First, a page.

Illnesses originating primarily in cardiac muscle tissue – the cardiomyopathies – are the third most common cause of heart failure in western industrialized nations after coronary artery disease and hypertension. The most common form of cardiomyopathy is dilated cardiomyopathy (DCM), in which the cardiac cavities are enlarged and there is a loss of function. The second most common form is hypertrophic cardiomyopathy (HCM), in which the myocardial tissue thickens abnormally.
The enormous progress in the identification of disease genes have fundamentally changed our understanding of cardiomyopathies. It is well-known that mutations lead to different forms and variations in the progression of the illness. However, genetic examinations have been reserved for scientific research up to now, and thus limited to very few patients and families. For this reason, we do not have enough experience with a sufficient number of precisely genotyped patients in estimating the significance of individual mutations for the highly variable clinical progression of cardiomyopathies.
Subproject 5 has two primary goals: on the one hand, cross-linked research should enable us to offer patients with hypertrophic and dilated cardiomyopathy (HCM and DCM) molecular diagnoses. The primary focus here is on the development and validation of a molecular genetic diagnostic procedure that meets the requirements of timely, cost-effective and accurate human genetic examinations. On the other hand, these examinations should be representative and record the frequency of mutations in the known disease genes as well as their correlation to the clinical forms of heart failure.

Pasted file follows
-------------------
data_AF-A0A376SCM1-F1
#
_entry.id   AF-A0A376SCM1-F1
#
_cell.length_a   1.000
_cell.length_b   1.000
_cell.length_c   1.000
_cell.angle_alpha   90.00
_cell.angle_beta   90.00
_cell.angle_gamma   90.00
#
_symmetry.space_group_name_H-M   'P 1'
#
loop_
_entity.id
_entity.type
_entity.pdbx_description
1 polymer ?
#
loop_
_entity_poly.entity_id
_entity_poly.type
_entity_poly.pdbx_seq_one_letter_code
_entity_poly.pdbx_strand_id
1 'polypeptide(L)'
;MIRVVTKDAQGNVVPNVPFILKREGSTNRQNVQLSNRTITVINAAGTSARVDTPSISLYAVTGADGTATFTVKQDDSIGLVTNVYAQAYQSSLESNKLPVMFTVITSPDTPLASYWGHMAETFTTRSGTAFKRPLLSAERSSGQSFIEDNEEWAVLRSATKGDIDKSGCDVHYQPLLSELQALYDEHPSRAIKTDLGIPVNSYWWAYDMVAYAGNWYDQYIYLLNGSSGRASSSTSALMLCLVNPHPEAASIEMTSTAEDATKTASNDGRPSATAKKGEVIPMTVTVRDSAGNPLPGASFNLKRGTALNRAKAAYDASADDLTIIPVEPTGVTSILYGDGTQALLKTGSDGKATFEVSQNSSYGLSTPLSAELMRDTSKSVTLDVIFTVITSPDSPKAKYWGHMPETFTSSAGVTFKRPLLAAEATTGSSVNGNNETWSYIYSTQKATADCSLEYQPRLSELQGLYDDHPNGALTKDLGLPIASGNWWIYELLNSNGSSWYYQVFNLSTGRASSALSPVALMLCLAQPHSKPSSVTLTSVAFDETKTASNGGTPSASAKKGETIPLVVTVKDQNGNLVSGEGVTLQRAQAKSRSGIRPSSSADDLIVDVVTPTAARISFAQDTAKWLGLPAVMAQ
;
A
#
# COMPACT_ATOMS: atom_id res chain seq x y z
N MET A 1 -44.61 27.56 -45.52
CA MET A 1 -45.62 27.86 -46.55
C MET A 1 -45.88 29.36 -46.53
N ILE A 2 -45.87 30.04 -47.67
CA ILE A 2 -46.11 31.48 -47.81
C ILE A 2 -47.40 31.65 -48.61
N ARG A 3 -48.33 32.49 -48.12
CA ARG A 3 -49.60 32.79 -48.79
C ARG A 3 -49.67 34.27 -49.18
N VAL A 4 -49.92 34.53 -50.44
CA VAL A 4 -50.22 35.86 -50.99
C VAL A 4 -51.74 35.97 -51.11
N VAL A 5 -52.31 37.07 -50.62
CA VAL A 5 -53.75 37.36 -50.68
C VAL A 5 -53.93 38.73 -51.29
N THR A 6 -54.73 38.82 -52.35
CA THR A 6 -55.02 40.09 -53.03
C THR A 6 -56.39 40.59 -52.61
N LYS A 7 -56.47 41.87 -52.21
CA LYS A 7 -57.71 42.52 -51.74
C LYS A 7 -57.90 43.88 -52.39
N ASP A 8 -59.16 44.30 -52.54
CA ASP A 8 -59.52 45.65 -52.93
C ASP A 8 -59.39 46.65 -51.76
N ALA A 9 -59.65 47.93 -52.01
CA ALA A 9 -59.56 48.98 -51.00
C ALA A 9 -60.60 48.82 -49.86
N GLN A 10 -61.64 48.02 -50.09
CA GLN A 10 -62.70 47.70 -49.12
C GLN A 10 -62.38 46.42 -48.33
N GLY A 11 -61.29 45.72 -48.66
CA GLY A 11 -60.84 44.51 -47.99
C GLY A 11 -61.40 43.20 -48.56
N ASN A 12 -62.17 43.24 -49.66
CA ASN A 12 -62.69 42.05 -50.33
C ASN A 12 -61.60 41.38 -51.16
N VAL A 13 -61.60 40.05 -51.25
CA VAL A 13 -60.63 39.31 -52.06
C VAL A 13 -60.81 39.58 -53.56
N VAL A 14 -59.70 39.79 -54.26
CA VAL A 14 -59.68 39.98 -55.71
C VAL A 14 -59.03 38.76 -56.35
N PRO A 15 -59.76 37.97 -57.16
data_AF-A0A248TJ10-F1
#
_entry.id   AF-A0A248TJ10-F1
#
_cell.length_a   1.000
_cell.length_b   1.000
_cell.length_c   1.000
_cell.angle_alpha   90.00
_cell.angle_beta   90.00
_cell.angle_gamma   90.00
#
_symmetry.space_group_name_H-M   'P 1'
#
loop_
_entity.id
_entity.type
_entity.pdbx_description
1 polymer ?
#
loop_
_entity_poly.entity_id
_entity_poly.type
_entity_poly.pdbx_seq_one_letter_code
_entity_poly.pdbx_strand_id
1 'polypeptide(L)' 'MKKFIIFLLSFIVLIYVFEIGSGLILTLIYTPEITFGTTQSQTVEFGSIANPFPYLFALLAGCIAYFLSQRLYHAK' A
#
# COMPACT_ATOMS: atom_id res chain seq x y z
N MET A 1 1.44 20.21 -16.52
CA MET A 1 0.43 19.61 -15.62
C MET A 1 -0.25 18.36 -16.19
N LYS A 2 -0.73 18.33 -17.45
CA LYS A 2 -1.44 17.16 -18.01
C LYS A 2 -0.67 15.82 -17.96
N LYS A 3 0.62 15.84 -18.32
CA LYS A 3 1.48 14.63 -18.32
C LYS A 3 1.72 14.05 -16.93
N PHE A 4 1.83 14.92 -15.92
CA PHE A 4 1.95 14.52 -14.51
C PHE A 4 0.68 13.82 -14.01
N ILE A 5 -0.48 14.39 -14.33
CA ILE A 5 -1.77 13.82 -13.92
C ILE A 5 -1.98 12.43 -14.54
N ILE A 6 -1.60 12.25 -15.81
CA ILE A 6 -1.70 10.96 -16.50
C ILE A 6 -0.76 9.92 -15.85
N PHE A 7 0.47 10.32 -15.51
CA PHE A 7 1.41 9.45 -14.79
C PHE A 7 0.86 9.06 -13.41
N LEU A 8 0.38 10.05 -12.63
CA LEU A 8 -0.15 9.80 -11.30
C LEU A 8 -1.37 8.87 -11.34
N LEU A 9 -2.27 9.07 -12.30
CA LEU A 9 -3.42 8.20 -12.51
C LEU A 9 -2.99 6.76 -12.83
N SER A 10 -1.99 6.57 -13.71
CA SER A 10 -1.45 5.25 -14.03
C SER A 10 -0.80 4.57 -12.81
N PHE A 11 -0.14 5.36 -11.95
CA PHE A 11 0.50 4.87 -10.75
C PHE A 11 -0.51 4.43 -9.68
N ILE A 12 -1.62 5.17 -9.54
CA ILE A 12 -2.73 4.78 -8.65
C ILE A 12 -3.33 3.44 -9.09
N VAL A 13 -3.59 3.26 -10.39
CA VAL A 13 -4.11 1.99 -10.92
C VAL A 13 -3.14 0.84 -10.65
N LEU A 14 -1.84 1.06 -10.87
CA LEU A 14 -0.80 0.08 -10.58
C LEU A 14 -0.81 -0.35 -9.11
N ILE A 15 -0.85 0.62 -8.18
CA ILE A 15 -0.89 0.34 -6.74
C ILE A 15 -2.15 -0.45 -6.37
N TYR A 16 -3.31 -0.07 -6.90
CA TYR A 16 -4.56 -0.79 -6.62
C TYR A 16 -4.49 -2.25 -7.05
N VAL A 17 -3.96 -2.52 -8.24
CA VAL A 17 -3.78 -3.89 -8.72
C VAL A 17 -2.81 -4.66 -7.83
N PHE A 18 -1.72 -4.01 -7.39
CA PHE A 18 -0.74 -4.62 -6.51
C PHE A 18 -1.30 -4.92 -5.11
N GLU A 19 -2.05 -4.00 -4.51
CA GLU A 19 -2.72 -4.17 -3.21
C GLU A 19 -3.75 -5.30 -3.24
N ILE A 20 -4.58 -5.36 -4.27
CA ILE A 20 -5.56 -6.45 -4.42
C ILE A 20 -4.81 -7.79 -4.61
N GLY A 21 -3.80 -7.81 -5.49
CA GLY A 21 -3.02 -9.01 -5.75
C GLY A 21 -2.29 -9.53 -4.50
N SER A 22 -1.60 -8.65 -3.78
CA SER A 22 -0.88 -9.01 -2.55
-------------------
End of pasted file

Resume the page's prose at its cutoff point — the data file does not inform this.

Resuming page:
Two genes that are important for the initiation of cardiomyopathic disease, i.e. MYH7 and MYBPC3, were sequenced using DNA biosamples of 236 patients with hypertrophic and 652 patients with dilative cardiomyopathy. This approach yielded a new and profound insight into the relation between mutations and subsequent dysfunctions of cardiac structure and morphology.
All subjects are followed long-term. DNA samples for cooperative research (e.g., next generation sequencing to investigate genotype-phentype associations) with academic and industrial partners are available.
PD Dr. Thomas Scheffold
Celenus Fachklinik Freiburg
Tel.: +49 (0)761 888595945